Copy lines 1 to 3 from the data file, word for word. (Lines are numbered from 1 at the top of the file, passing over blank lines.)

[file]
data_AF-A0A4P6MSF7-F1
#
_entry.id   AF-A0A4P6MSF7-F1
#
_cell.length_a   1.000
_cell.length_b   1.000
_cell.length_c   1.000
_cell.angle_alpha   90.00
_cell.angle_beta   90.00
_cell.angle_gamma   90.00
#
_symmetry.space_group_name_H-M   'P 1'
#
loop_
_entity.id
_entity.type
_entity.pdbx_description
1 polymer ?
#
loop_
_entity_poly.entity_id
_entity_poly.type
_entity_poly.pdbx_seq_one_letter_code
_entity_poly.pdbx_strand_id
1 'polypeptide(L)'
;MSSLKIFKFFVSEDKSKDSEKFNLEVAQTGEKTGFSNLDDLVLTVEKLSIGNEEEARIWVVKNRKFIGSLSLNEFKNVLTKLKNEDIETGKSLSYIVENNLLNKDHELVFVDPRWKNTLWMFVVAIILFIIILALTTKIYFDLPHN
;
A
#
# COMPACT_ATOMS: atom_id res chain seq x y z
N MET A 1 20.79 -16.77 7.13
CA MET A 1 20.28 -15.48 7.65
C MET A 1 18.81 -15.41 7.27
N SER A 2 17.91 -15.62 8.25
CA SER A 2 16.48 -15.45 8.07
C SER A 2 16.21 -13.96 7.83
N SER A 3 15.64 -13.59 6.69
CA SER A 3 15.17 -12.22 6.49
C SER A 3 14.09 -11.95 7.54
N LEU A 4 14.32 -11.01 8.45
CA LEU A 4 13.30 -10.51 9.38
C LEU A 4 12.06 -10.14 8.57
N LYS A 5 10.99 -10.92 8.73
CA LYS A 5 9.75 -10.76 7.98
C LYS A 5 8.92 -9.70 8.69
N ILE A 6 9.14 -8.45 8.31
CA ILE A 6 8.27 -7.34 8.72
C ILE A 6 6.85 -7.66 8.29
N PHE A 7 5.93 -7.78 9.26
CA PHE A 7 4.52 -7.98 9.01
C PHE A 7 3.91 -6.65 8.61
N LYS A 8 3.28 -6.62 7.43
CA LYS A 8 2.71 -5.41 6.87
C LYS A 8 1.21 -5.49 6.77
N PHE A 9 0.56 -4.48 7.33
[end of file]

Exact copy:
data_AF-A0A4P6MSF7-F1
#
_entry.id   AF-A0A4P6MSF7-F1